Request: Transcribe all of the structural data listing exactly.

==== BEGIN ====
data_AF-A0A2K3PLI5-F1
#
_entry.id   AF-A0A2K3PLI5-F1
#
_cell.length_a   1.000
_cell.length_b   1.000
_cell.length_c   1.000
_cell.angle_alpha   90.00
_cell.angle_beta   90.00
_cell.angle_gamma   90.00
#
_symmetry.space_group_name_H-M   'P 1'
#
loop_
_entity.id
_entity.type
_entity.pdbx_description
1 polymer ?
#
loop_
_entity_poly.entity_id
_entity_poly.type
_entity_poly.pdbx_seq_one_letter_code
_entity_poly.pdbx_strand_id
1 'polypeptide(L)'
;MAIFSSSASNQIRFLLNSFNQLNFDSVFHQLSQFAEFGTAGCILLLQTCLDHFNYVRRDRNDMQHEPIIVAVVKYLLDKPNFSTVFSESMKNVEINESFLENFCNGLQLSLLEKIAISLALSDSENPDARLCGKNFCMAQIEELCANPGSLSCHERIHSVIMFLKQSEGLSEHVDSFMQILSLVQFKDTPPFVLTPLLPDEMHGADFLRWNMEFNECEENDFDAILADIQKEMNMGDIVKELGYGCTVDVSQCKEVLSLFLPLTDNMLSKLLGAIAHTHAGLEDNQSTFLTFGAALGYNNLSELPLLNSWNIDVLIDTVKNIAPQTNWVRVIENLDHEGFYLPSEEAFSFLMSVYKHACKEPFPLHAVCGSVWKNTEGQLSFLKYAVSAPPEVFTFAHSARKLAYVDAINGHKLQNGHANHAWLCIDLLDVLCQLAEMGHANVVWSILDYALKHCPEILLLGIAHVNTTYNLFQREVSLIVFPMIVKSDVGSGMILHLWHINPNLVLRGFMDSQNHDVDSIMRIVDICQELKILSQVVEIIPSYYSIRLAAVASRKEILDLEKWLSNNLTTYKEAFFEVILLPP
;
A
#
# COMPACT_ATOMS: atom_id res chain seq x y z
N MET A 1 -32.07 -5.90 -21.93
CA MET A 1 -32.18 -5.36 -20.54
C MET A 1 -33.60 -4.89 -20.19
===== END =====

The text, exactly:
data_AF-A0A2K3PLI5-F1
#
_entry.id   AF-A0A2K3PLI5-F1
#
_cell.length_a   1.000
_cell.length_b   1.000
_cell.length_c   1.000
_cell.angle_alpha   90.00
_cell.angle_beta   90.00
_cell.angle_gamma   90.00
#
_symmetry.space_group_name_H-M   'P 1'
#
loop_
_entity.id
_entity.type
_entity.pdbx_description
1 polymer ?
#
loop_
_entity_poly.entity_id
_entity_poly.type
_entity_poly.pdbx_seq_one_letter_code
_entity_poly.pdbx_strand_id
1 'polypeptide(L)'
;MAIFSSSASNQIRFLLNSFNQLNFDSVFHQLSQFAEFGTAGCILLLQTCLDHFNYVRRDRNDMQHEPIIVAVVKYLLDKPNFSTVFSESMKNVEINESFLENFCNGLQLSLLEKIAISLALSDSENPDARLCGKNFCMAQIEELCANPGSLSCHERIHSVIMFLKQSEGLSEHVDSFMQILSLVQFKDTPPFVLTPLLPDEMHGADFLRWNMEFNECEENDFDAILADIQKEMNMGDIVKELGYGCTVDVSQCKEVLSLFLPLTDNMLSKLLGAIAHTHAGLEDNQSTFLTFGAALGYNNLSELPLLNSWNIDVLIDTVKNIAPQTNWVRVIENLDHEGFYLPSEEAFSFLMSVYKHACKEPFPLHAVCGSVWKNTEGQLSFLKYAVSAPPEVFTFAHSARKLAYVDAINGHKLQNGHANHAWLCIDLLDVLCQLAEMGHANVVWSILDYALKHCPEILLLGIAHVNTTYNLFQREVSLIVFPMIVKSDVGSGMILHLWHINPNLVLRGFMDSQNHDVDSIMRIVDICQELKILSQVVEIIPSYYSIRLAAVASRKEILDLEKWLSNNLTTYKEAFFEVILLPP
;
A
#
# COMPACT_ATOMS: atom_id res chain seq x y z
N MET A 1 -32.07 -5.90 -21.93
CA MET A 1 -32.18 -5.36 -20.54
C MET A 1 -33.60 -4.89 -20.19